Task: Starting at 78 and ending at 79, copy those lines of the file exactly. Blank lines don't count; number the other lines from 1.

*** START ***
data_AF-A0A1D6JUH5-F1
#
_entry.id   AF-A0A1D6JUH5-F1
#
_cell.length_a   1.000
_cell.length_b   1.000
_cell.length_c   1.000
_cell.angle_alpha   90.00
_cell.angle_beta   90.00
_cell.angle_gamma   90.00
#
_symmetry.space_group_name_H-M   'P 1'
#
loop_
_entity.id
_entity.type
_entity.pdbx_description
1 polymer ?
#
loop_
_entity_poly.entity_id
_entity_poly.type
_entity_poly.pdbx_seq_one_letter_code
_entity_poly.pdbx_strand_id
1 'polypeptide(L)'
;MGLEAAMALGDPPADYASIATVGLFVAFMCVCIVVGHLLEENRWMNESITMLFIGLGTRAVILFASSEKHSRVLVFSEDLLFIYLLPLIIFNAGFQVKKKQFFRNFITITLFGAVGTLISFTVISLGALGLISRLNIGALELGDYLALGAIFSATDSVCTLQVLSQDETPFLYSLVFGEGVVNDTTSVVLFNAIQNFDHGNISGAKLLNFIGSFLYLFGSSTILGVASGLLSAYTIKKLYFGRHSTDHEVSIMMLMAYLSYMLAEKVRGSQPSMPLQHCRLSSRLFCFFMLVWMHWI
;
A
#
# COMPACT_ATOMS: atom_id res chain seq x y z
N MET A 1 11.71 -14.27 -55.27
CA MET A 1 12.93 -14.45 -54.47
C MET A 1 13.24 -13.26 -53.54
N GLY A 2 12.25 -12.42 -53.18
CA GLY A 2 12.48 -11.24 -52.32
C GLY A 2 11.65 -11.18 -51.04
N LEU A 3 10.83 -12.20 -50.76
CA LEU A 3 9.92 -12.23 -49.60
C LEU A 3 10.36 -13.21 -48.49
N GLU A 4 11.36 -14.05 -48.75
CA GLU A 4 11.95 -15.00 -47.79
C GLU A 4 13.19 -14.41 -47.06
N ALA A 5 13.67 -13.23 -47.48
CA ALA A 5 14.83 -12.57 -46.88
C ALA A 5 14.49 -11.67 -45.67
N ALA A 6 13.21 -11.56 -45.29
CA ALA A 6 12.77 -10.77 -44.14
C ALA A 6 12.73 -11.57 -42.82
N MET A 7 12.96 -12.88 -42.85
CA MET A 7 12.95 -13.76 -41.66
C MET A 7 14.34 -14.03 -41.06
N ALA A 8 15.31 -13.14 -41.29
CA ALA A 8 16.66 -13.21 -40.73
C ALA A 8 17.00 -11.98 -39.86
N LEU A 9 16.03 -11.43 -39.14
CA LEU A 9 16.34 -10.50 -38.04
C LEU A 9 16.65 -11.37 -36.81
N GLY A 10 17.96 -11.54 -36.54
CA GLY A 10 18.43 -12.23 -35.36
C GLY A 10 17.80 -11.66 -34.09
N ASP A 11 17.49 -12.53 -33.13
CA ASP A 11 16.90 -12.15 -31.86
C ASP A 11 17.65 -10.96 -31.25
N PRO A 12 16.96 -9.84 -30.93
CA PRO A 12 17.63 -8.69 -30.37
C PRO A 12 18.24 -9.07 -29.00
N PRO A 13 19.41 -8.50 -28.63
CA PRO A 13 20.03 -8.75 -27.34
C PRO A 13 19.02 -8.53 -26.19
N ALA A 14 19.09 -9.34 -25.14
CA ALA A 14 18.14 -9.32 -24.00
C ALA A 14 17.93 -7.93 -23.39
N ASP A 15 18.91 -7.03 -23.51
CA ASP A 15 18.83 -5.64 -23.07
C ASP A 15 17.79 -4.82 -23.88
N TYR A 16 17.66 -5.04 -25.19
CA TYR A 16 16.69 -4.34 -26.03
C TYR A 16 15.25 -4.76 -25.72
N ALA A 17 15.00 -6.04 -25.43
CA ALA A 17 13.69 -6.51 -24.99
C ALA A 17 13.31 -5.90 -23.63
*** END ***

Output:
C TYR A 16 15.25 -4.76 -25.72
N ALA A 17 15.00 -6.04 -25.43